Issue 34, Spring-Summer 1965
Listen friend, let me tell you bout the metro. Tha’s the subway in Paris, aw ratheh the meat packin business. See, they pack you in that train like a suitcase, you know, at rush hour—everybody rushin, nobody movin and stuff. And you is stuffed, baby. People so bunched they got to hold their breaff, you know, to get a little more room, to breave, ma’. Yeah, you got to hold your breaff to breave. You oughta dig all them people, ma’, so shiney with their whiteness, which is next to Godliness, you know. See, here, they let you mingle wiff white cats. But in America, land that ah love, you see, they got warshin machine laws, ma’. You dig, never mix light wiff dark colors, might run into each other. Yeah, might mix.
Now all those people was payin to get squashed; baby, they was fightin faw the privilege. But once they’s inside, and them doors close, pal, them cats are underprivileged, for air and do. They’s underfoot, you dig. You can forget about it, ma’, you trapped.
Well, ah buy my ticket like a stone fool—an ah buy second class. See, in the U.S., ma’, if you’s colored you don’t hafta pay to go second class, you understand. Then ahm waitin in line to get my ticket punched; lateh on, it ain’t yaw ticket that gets punched. But they start you out simple, so you get the feel, they let you slide. So dig, ahm waitin in this line what ain’t zactly straight, dis line was drunk, whooee. It went round the corner, here an there, in an out, up an down, all Over the jalm, boy. Look like it had too much French wine, you know. “Waa-n rouge” is what they call it over there. Them grapes ain’t good faw you, ma’, but they good to you.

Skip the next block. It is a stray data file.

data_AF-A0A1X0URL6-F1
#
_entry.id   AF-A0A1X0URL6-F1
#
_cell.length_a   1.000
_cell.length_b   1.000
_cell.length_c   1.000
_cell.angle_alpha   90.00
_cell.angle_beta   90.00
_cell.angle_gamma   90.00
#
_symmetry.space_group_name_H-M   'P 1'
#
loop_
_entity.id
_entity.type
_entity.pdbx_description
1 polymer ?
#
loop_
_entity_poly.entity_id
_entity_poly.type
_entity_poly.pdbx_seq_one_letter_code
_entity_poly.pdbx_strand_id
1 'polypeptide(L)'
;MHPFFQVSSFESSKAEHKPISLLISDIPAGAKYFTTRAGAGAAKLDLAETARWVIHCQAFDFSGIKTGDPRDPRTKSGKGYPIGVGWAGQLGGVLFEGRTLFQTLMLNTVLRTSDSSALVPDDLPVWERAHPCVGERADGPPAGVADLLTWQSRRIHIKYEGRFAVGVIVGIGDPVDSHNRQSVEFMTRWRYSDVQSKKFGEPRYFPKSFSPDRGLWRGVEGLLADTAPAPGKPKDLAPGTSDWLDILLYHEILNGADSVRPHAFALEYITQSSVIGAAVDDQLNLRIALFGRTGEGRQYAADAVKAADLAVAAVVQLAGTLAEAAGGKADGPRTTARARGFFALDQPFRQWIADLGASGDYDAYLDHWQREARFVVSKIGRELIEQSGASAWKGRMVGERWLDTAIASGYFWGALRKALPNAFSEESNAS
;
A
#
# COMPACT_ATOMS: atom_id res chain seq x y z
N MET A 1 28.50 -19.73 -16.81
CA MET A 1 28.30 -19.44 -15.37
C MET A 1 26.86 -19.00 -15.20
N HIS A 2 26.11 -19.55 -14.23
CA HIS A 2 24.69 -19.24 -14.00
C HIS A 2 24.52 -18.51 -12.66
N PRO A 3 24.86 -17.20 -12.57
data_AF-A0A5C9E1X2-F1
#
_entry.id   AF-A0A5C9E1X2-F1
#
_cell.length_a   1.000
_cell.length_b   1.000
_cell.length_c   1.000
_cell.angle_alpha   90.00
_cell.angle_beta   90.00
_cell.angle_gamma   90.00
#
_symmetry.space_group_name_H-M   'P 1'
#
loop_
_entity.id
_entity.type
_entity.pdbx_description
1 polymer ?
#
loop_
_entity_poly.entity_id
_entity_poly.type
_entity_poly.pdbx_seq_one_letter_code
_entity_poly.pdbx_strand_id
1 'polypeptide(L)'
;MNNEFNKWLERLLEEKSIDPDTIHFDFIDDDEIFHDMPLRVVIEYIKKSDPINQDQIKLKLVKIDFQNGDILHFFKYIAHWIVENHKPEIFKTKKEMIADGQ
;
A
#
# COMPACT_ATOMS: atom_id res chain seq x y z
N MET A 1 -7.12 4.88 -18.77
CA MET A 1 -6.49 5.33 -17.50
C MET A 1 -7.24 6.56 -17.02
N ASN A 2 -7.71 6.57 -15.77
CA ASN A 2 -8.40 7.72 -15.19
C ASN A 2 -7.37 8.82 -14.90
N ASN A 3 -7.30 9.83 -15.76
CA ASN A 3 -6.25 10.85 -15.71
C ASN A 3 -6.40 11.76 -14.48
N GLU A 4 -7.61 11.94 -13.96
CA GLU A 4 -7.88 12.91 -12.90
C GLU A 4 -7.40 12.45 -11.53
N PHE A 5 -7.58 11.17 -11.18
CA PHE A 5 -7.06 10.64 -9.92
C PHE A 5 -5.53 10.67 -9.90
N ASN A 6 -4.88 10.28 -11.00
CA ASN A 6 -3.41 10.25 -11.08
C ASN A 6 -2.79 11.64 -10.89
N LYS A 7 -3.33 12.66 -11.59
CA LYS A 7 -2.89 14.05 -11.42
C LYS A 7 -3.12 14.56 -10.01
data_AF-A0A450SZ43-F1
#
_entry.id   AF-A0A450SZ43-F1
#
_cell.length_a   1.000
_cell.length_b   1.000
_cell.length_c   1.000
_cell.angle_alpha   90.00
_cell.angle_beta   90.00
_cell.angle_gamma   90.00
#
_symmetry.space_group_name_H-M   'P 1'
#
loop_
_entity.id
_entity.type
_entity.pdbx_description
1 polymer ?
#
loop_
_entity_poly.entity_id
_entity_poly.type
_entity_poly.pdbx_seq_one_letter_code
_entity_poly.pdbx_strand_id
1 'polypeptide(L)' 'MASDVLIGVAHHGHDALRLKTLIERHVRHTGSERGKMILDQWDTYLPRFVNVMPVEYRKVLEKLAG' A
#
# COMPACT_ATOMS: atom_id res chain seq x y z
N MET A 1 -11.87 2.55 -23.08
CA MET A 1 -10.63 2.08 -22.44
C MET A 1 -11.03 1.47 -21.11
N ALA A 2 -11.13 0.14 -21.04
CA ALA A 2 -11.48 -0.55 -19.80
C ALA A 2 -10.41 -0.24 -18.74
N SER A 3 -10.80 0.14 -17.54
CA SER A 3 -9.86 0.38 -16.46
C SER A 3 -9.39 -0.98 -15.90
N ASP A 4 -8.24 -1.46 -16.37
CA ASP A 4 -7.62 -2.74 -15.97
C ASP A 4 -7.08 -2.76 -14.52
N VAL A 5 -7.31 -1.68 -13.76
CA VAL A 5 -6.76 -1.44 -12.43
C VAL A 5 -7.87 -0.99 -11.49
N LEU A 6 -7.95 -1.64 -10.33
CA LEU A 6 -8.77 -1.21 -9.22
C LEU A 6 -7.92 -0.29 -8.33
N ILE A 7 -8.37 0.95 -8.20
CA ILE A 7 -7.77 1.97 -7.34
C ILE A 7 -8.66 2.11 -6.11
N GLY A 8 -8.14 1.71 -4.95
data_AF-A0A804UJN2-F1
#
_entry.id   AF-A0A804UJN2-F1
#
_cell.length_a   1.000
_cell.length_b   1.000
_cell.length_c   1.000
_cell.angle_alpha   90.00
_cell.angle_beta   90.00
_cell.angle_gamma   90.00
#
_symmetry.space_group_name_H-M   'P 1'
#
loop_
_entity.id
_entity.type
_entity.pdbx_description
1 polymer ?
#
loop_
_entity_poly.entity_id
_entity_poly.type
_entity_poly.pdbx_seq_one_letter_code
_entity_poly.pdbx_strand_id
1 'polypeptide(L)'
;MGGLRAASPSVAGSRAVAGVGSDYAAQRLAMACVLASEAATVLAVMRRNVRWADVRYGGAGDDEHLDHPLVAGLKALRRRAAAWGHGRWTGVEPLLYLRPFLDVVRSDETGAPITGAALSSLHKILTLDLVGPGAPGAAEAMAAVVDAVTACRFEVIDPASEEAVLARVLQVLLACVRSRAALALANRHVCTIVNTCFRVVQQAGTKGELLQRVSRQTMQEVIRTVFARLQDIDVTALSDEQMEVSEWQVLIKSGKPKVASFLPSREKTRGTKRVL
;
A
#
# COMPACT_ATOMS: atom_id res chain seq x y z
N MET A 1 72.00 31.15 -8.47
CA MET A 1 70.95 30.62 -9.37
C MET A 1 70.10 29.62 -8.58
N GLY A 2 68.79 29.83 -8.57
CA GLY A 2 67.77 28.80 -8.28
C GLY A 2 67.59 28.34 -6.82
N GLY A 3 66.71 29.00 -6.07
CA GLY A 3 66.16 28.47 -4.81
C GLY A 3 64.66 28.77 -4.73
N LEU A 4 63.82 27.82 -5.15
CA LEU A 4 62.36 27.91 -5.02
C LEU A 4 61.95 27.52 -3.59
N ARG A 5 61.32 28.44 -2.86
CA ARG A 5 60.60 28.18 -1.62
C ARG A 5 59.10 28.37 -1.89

You know, the French ack like they ain’t got no coins, dress like a Care package. That’s right. The troof is they famous for making bread; they call it “pain”. Boy, ah can stand that kind of pain all day, mmh.
Don’t get me wrong aw nuffm, see, ah ain’t tryin to flout you wiff my societyness like some a them Paris cats—think they bad aw somethin; you know, tossin their